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The United States Department of Justice confirmed Monday afternoon that it is continuing to investigate Harvard’s admissions programs for discrimination, in response to a Freedom of Information Act request submitted by The Harvard Crimson on Oct. 25.
The response comes nearly one year after Civil Rights Division Chief Kilian B. Kagle last confirmed the investigation's ongoing status, and less than one month after the Justice Department sued Yale University for discriminating in its admissions process.
In his response, Kagle withheld requested documents relating to the investigation on the grounds that the records were part of an “ongoing law enforcement proceeding” which their disclosure might “interfere with.”
Stetson University law professor Peter F. Lake ’81 said he believes the Justice Department’s investigation into Harvard admissions is being made in tandem with Student for Fair Admissions’s ongoing lawsuit against the University, which SFFA has appealed in the First Circuit Court.
“I felt all along that the Harvard case is the ‘test case,’ but it's actually several legal issues happening simultaneously. You've got the administrative and court activity happening at the same time,” Lake said. “I think both the Department of Justice and plaintiffs are building a case against Harvard admissions.”
William R. Yeomans, a Columbia Law School lecturer who worked in the DOJ's Civil Rights Division for 26 years, said he also thinks the Justice Department’s investigation is part of a conjunctive effort with SFFA. He called SFFA’s ongoing appeal the “principal vehicle” to challenge Harvard’s race-conscious admissions process.
“This one, obviously, is being driven by outside demands to some extent,” Yeomans said. “It would just seem very unlikely that they would go ahead and take independent action while this other lawsuit is pending in the Court of Appeals.”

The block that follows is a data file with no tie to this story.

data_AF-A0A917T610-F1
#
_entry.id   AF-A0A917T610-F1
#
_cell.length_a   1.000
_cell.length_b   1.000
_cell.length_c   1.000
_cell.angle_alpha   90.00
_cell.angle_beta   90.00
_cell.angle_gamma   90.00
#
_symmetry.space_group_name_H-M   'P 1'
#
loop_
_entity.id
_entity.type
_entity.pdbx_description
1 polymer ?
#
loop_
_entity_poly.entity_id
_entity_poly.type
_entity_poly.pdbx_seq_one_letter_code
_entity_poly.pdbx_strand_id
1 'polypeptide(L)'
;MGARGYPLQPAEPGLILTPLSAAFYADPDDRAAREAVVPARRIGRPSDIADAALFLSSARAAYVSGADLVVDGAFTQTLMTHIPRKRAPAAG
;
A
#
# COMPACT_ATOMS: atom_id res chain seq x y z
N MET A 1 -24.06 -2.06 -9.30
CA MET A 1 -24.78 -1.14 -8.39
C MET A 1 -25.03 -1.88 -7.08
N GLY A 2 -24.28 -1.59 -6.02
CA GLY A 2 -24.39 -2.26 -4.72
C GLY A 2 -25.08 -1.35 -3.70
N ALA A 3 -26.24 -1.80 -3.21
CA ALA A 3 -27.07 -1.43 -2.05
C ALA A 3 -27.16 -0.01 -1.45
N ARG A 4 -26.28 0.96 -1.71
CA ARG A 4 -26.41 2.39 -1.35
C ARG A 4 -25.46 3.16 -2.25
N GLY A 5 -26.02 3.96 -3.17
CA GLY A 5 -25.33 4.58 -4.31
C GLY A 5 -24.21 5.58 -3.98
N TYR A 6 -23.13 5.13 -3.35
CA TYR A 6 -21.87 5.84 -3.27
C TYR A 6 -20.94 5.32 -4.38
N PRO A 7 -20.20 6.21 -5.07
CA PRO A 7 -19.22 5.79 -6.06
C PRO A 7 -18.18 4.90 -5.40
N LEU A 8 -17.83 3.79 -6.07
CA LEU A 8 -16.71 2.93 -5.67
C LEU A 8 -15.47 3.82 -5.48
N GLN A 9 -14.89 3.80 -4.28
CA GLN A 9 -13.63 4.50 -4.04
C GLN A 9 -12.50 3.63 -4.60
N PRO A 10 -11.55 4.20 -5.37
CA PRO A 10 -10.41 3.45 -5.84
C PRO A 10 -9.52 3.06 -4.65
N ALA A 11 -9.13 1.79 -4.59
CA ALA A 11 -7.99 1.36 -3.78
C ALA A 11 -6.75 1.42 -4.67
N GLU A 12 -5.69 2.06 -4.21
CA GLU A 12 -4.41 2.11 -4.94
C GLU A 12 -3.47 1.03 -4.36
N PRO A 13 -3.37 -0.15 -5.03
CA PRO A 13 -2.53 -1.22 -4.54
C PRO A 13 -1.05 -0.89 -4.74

Yeomans added that it would still be possible for the Justice Department to file a lawsuit during a lame-duck period if President Donald J. Trump loses his re-election bid. The nation is currently waiting for several key swing states to finish counting ballots in a tight presidential race between Trump and former Vice President Joseph R. Biden, Jr.
“There may be some inclination to try to lock in a lawsuit for before Trump leaves office and sort of tie the hands of the Biden administration. I hope that's not the case. I think that would be totally inappropriate,” Yeomans said. “It's difficult for the Department of Justice to change the litigating position once a case is in trial.”
Launched more than three years ago, the Justice Department’s investigation does not have a set timeline. Lake said the indefinite nature of the investigation is typical.
“It doesn't really surprise me that this is going on for a while. Not everything wraps up quickly with administrative investigation like this. I've seen [Department of Education] investigations that went on for years,” Lake said. “It's not out of the ordinary.”
Lake also said he believes the prolonged nature of the investigation may mean the Civil Rights Division is building a strong case against Harvard.
“My sense is the Department of Justice thinks there is something there that they're looking for, and the fact that it hasn't ramped up quickly would tend to signal that they're still digging,” Lake said.
—Staff writer Benjamin L. Fu can be reached at firstname.lastname@example.org. Follow him on Twitter @BenFu_2.
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